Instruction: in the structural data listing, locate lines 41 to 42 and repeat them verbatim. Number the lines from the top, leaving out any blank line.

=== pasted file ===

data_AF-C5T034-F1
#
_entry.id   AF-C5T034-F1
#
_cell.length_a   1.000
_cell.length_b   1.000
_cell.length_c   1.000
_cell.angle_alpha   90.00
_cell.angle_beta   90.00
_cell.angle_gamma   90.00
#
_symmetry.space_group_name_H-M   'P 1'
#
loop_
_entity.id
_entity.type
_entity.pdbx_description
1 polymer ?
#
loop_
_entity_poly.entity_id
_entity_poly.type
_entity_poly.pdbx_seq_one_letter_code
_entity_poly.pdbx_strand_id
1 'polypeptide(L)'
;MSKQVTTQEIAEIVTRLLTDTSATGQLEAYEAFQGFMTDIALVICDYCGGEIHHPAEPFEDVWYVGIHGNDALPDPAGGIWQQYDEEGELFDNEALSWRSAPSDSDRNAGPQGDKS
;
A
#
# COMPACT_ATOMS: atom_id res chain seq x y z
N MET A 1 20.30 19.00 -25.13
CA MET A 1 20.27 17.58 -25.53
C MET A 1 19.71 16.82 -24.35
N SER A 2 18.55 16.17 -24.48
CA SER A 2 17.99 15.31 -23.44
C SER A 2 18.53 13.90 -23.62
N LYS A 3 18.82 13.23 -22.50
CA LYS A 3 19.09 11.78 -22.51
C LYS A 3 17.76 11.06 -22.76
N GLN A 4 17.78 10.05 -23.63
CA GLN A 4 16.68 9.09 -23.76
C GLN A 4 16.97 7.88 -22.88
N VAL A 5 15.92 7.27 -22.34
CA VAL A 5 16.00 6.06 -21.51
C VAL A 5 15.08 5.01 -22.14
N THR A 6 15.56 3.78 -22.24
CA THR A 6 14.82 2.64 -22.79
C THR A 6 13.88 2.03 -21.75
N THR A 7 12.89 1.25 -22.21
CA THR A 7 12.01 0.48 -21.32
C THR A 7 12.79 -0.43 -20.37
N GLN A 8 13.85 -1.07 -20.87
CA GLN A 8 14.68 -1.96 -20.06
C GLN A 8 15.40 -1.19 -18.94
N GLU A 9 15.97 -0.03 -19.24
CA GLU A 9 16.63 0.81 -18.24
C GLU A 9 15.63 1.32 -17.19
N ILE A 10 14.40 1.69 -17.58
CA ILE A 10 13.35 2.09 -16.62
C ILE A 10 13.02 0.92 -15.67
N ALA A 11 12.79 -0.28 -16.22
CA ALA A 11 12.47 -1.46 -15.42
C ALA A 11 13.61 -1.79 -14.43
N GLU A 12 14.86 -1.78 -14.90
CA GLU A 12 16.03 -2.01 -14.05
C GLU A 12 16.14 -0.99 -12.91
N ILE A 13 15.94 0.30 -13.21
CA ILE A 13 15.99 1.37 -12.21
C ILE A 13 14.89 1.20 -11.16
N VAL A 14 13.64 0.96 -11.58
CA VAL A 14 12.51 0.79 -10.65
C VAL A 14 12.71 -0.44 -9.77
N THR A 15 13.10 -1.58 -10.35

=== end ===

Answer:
CA GLN A 4 16.68 9.09 -23.76
C GLN A 4 16.97 7.88 -22.88